ERM Case Study – Part 3/5

Entrepreneurial universityThis is the next post in the Enterprise Risk Management implementation case study of Camosun College, B.C., Canada.

Project Approach – Key Players

As mentioned previously, the idea for enterprise risk management came from the Board of Governors, who were keen to participate in the provincial government’s foray into the new practice. While many public sector executive seemed at least intellectually to accept the idea of applying risk methods to strategy, the Board wanted to see it done and effect some real changes.
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ERM Case Study – Part 2/5

Entrepreneurial universityThis is a continuation of the Enterprise Risk Management implementation case study of Camosun College, B.C., Canada.

Impetus to ERM: Compliance or Improvement?

The impetus towards risk management came from the Board of Governors. They were aware of BC Government’s initiative, led by Risk Management Branch, to incorporate enterprise risk management into regular planning and management across the provincial public sector (by 2004, already well into the implementation phase).
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ERM Case Study – Part 1/5

Entrepreneurial universityThis is a case study in successful implementation of enterprise risk management — the first of five parts of the case of Camosun College.

Two key aspects of ERM; viz., a good risk identification/ assessment process, and the proper approach to program implementation, are emphasized in this case study. They apply to the implementation of ERM in any organization.
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Successful Enterprise Risk Management Plan

2010-05-07 / How to Implement ERM / 1 Comments

Formal Aspects

Each instance of successful ERM implementation is unique, and really depends on interpreting principles, not a fixed format. However, a sample risk management plan is typically a copy of the process steps from a standard, or a list showing the formal elements:

  • Communicate and promote the program;
  • Select an appropriate standard;
  • Define the governance structure;
  • Create policy to apply risk management steps to the business;
  • Establish tools, resources and a training plan.

Although those steps come to mind, I don’t take a bureaucratic approach when I work with clients. I find people have often done their homework on the formalities, and instead need help to get the program started. Proving the risk process at the front end is a low-risk way to proceed. Let’s look at a particular case.

ERM Case Study: Camosun College

When Camosun College first called me, they were bound to implement ERM following instructions from the Board, had a project manager engaged to lead the effort, and had studied the ERM framework.

They asked: where do we start? I asked in turn: where are the most pressing challenges in your planning and operations? I wanted to identify a pilot group with whom we could try risk identification and assessment – whether at the department (operational) level or executive (strategic) level.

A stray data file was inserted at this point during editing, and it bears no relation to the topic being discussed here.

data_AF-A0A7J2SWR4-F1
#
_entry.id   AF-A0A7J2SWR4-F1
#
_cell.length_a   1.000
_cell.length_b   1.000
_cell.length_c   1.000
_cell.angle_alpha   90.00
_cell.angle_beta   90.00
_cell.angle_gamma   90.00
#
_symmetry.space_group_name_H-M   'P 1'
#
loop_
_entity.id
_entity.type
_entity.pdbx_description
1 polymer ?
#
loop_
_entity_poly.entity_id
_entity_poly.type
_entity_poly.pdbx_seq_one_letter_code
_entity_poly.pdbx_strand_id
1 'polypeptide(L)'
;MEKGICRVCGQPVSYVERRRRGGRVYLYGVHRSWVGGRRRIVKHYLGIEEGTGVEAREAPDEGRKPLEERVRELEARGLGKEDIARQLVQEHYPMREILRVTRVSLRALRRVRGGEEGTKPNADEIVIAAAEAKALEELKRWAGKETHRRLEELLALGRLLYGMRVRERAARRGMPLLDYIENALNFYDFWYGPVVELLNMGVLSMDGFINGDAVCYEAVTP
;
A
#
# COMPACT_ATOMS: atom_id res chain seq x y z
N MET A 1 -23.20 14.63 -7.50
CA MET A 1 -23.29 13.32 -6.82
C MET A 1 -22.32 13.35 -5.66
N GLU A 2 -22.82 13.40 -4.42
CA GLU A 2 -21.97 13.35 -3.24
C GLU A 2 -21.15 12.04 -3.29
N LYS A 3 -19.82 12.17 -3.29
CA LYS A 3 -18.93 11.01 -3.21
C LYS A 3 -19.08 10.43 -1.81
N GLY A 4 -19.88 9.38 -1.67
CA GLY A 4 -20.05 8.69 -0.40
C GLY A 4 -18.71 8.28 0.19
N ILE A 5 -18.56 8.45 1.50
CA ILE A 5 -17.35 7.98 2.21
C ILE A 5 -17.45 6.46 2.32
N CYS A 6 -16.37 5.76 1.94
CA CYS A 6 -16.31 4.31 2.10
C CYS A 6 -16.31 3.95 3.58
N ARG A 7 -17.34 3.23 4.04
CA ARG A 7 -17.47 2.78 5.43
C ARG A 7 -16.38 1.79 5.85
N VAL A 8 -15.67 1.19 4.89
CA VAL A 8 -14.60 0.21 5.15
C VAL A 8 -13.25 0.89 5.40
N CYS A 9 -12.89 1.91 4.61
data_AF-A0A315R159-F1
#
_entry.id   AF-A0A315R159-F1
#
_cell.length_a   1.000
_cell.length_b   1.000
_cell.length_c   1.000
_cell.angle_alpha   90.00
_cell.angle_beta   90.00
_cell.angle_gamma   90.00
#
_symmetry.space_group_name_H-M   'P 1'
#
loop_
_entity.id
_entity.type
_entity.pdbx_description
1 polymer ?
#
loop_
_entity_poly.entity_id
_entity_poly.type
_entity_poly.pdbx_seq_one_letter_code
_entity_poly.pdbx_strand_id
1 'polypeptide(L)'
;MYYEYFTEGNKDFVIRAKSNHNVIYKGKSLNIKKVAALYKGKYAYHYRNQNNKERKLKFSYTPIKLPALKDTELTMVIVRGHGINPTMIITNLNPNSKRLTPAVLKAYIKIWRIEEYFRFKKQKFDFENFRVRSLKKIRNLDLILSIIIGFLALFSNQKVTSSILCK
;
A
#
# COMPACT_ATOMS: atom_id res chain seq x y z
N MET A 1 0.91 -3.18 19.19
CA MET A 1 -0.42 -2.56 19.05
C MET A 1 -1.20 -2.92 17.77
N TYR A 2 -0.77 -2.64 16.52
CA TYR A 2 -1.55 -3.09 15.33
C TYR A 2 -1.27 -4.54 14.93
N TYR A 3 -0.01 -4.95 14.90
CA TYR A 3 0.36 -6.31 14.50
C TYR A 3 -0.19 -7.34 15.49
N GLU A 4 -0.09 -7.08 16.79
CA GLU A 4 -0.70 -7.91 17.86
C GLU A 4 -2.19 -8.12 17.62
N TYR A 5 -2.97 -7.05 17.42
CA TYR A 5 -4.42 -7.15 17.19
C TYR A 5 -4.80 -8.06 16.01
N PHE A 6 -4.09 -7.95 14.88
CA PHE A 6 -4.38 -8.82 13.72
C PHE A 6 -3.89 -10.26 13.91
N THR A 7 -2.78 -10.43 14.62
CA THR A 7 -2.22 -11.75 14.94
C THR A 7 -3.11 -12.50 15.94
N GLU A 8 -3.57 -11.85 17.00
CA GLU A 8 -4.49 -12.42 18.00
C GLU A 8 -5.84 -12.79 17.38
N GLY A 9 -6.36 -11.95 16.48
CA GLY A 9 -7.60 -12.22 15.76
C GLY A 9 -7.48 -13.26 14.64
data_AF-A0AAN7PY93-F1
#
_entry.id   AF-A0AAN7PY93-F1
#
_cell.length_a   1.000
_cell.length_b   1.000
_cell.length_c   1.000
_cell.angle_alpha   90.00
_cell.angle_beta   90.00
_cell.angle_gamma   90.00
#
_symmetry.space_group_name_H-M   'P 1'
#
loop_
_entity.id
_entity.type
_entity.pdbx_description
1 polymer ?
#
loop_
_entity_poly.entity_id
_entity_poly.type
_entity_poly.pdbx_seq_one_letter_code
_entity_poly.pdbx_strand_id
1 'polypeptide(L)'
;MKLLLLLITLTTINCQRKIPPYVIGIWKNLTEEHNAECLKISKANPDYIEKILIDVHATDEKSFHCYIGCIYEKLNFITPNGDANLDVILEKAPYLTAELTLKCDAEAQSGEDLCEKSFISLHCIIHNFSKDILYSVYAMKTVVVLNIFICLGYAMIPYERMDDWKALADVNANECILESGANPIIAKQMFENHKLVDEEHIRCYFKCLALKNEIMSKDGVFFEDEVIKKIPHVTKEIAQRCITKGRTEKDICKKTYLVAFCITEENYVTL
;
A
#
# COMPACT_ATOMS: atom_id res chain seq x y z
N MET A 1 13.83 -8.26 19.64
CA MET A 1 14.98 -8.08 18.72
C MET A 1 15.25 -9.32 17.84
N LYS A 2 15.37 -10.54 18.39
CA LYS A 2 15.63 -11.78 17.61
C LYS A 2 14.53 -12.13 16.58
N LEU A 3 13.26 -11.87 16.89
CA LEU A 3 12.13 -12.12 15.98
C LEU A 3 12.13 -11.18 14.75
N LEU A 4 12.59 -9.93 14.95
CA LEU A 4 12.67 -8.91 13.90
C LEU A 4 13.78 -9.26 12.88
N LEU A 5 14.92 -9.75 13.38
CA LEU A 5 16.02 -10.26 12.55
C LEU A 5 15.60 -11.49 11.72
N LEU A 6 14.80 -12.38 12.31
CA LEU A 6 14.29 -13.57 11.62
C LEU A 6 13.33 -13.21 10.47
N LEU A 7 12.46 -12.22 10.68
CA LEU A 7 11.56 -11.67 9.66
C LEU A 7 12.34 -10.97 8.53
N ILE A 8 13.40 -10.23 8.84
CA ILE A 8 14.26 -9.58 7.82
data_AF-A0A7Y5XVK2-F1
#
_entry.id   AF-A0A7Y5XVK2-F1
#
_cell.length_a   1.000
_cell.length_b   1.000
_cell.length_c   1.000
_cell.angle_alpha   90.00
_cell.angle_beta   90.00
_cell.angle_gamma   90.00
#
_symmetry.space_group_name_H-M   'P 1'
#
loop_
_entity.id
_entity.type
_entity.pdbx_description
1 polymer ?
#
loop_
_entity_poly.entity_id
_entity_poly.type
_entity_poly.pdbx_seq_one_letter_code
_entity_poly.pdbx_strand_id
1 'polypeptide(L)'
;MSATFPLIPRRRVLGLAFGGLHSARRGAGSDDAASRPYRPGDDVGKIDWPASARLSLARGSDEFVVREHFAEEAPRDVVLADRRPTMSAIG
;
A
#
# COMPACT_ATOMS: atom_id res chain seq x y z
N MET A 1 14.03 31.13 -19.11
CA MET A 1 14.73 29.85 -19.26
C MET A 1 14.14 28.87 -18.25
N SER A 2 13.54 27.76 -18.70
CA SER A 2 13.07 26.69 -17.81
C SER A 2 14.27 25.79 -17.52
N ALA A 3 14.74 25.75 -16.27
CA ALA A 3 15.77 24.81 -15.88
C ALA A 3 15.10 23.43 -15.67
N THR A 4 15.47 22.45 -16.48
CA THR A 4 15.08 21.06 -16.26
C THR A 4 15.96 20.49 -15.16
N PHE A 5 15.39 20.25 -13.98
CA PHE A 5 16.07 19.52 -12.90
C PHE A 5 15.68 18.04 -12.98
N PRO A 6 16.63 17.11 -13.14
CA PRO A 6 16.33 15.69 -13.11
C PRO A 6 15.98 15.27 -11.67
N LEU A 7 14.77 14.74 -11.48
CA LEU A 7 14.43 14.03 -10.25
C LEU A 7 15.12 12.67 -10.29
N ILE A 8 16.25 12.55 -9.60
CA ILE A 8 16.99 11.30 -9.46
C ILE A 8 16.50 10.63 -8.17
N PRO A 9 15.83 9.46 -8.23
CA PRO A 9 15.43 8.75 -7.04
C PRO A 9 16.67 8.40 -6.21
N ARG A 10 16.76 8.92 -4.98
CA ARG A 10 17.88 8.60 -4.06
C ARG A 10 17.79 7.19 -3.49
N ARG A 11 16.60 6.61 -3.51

The project lead set up a session with the college president and the senior executive, and I facilitated the identification and assessment of risk for the college’s multi-year strategic plan. Our aim was to demonstrate the risk methodology to the executive group, and see what kind of results it would give.

We prepared the session with a fairly short, but carefully defined context paper. We reviewed the templates and criteria we would use. The project lead explained to me: ‘Edward, we like your templates, but we have changed some of the terminology to “Camosunize” them.’ I was glad, because this meant the risk management team was adapting the method to their own working culture.

The session was a team building exercise, because controversial matters found resolution, not arbitrarily, but based on their own criteria, such as strategic direction and professional values. It resulted in a comprehensive risk profile and an agreed risk mitigation blueprint, involving plans to build up certain programs, attenuate others, and take other pro-active administrative steps.

At that point, executive had no problem in mandating a roll-out to other administrative and academic departments, one-by-one, to test and improve the process gradually.

Camosun set up an exemplary Enterprise Risk Management regime within18 months. They liked the results and presented them to the Canadian Association of Community Colleges. The CFO Peter Lockie tells me he regularly gets calls to speak about Camosun’s ERM experience and share materials.

Principles of ERM Implementation

I started out by saying that successful ERM implementation depends on principles. Here are important tenets of program implementation that Camosun paid attention to:

  1. Gain senior executive support; not through lip service, but through active participation;
  2. Gain staff and participant support through encouraging ownership and adaptation of tools and language to suit the organizational culture;
  3. Demonstrate value: work with participants to prove how the new management practice (i.e., risk ID and assessment) solves critical business dilemmas, builds consensus and helps them get their jobs done;
  4. Resource the project adequately in order to support a phased implementation;
  5. Proceed incrementally, with a low-tech approach, and allow feedback and improvement – avoid a monolithic and wholesale imposition of new system;
  6. Integrate the new practice into existing planning and management regime as an improvement, not as an administrative burden.

Check a similar case involving the Alberta Urban Municipalities Association (AUMA-AMSC).


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